To ask the Secretary of State for Health what research his Department has undertaken into the wraparound model for caring for looked after children. 
The Department of Health recognises that some looked after children displaying severe levels of challenging or anti-social behaviour require a specialised approach. The care planning process used for all looked after children seeks to ensure that the most appropriate carers, services and supports are available to meet the child's identified developmental needs. For some children, a specialised multi-agency approach, that will address the child's individual needs by providing specific therapeutic and behavioural management, will be required. The Department is therefore funding a Treatment Foster Care Intervention to provide structured support to the child, his/her foster carers and birth or adoptive families that addresses all the child's needs simultaneously. The model being used has been extensively evaluated in the United States and the Department of Health is commissioning evaluation of the English model.
To ask the Secretary of State for Health pursuant to the written ministerial statement of 31 March 2003, Official Report, columns 39–40WS, on children in care, what the outcomes are for 11-year-old looked-after children in (a) English and (b) maths in each of the last five years; and what results will be measured for 11-year-old looked-after children under the new PSA target. 
Data were first collected for the year ending 30 September 2000. This data and the data from 2001, are shown in the table. Data for year ending September 2002 will be available at the end of June 2003.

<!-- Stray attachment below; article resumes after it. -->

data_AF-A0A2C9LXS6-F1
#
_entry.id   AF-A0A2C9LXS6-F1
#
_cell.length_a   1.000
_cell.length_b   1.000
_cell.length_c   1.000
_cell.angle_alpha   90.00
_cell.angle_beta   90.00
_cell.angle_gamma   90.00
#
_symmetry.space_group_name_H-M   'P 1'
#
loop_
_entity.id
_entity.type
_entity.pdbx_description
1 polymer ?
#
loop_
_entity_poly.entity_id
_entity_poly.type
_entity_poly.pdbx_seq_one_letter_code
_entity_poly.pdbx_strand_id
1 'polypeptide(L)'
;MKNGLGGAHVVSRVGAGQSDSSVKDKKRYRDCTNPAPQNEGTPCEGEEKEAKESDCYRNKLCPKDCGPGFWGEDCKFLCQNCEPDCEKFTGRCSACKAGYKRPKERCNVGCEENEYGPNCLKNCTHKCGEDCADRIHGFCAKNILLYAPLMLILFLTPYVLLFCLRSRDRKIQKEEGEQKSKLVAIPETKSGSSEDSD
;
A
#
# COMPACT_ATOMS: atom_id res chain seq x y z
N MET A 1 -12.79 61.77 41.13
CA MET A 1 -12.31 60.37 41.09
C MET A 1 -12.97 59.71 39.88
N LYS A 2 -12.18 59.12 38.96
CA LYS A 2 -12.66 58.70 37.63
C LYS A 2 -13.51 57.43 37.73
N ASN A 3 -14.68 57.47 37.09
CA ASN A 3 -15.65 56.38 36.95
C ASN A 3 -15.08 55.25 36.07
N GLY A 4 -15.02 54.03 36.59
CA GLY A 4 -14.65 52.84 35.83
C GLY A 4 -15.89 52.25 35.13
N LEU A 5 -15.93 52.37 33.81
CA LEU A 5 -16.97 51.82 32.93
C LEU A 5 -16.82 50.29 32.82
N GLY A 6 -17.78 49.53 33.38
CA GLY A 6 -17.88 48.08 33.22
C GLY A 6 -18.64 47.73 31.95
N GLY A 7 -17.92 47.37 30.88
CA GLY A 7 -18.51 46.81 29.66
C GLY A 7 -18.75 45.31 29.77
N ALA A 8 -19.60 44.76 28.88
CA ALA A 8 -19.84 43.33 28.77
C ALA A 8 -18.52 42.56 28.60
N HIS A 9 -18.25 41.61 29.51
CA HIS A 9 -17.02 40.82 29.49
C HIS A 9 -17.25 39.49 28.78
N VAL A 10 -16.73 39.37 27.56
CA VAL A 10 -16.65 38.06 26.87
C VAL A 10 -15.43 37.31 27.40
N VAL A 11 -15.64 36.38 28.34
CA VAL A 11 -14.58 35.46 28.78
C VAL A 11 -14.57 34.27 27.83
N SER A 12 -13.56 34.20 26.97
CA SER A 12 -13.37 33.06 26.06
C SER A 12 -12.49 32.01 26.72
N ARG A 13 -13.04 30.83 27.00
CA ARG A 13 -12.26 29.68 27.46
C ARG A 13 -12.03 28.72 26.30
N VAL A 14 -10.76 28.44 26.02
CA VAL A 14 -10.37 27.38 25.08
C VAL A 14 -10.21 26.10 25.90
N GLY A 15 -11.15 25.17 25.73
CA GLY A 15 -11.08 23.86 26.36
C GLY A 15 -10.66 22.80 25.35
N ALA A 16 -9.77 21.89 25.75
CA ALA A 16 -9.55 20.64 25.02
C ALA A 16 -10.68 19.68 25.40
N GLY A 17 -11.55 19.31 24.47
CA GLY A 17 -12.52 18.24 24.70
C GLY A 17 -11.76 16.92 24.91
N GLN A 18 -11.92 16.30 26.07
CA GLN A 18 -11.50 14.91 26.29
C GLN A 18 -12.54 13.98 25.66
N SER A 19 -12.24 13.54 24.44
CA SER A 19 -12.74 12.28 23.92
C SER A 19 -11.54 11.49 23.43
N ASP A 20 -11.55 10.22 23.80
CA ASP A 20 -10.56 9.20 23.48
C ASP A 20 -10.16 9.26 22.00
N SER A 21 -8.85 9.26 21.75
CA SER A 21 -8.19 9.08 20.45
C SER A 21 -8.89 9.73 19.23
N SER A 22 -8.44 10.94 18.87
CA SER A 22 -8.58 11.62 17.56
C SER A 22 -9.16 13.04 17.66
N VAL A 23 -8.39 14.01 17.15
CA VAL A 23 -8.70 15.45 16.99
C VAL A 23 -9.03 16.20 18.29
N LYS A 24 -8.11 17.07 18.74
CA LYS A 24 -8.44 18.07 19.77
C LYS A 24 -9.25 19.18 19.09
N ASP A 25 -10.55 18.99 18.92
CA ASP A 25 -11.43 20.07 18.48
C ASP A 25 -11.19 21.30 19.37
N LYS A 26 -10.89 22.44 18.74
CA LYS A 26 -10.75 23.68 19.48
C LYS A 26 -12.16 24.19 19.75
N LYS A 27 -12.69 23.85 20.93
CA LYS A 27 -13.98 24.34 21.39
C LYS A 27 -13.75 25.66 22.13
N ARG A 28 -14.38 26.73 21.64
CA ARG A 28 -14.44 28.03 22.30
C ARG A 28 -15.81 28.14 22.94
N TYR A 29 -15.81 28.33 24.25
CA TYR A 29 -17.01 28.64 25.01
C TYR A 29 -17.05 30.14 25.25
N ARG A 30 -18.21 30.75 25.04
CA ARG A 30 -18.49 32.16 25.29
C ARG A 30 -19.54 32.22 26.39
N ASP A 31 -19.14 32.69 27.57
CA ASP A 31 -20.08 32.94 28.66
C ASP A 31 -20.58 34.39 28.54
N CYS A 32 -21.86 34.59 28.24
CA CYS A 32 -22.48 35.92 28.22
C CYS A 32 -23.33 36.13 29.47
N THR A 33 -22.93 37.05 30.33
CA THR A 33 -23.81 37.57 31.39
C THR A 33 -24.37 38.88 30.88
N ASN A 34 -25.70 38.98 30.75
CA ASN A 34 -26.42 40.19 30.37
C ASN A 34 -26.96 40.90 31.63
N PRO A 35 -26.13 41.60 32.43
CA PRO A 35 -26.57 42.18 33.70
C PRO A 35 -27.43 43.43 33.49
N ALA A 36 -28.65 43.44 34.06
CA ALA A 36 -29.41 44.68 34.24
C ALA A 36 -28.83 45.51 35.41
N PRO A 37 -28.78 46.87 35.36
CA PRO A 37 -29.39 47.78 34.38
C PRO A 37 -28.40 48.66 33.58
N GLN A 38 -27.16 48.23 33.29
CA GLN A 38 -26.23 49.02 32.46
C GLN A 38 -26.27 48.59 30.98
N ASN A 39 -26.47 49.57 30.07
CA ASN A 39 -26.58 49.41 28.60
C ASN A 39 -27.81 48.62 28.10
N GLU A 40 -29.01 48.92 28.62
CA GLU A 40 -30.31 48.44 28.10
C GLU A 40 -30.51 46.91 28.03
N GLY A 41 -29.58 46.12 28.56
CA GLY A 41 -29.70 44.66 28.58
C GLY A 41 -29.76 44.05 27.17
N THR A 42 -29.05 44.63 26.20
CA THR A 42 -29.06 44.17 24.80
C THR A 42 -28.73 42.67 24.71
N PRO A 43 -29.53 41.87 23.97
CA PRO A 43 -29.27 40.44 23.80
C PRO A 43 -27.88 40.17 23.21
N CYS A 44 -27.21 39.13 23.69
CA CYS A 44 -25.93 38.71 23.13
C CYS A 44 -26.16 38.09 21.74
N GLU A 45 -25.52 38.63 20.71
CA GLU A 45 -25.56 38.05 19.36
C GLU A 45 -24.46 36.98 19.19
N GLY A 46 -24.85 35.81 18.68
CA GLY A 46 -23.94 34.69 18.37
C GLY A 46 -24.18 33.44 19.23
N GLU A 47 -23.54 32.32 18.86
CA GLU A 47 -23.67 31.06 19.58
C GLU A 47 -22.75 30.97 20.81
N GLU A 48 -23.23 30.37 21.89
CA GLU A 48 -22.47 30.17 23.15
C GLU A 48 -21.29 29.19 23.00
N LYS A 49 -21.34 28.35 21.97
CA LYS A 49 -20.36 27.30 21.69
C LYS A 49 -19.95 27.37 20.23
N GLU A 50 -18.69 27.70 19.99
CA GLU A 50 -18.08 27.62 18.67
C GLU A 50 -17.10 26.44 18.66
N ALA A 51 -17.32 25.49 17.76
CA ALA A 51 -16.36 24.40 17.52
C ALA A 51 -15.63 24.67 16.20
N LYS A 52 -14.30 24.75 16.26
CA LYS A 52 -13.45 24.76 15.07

|Eligibility and performance of looked-after children1 in Key Stage tasks and tests, compared with all children, school years ending 30 September 2000 and 2001: England|
|Looked-after children||All children|
|Number eligible to sit Key Stage 2 tasks and tests||2,700||2,800||—||—||—||—|
|Number who attained at least Level 42 in the following:|
|1 Children who had been looked after continuously for at least 12 months at 30 September|
|2 Target level for age group|
1. For 'all children': DfES statistical bulletin 'National curriculum assessments of 7, 11 and 14-year-olds in England—2001'.
2. For 'looked after children': OC2 return. Annual publication: 'Outcome Indicators for Looked after Children, year ending 30 September 2001, England'.
To ask the Secretary of State for Health pursuant to the Written Ministerial Statement of 31 March 2003, Official Report, columns 39–40WS, on children in care, what targets will be set for looked-after children who undergo less than one year of continuous care. 
The attainment of children who spend shorter times in care is important. We will, therefore, be consulting stakeholders on how best to achieve the introduction of individual education targets for all children in care. The Government will also put in place arrangements to analyse data from the new pupil level annual school census, in order to improve our understanding of outcomes for those young people who have spent any time in care. The results of this analysis will be used to inform the development of future policy.
To ask the Secretary of State for Health pursuant to the Written Ministerial Statement of 31 March, on children in care, whether a child who has entered a period of foster care is classified as a child in continuous looked-after child care. 
Yes. If a local council provides foster care for a child, under the Children Act 1989, that child is regarded as being looked after by the council.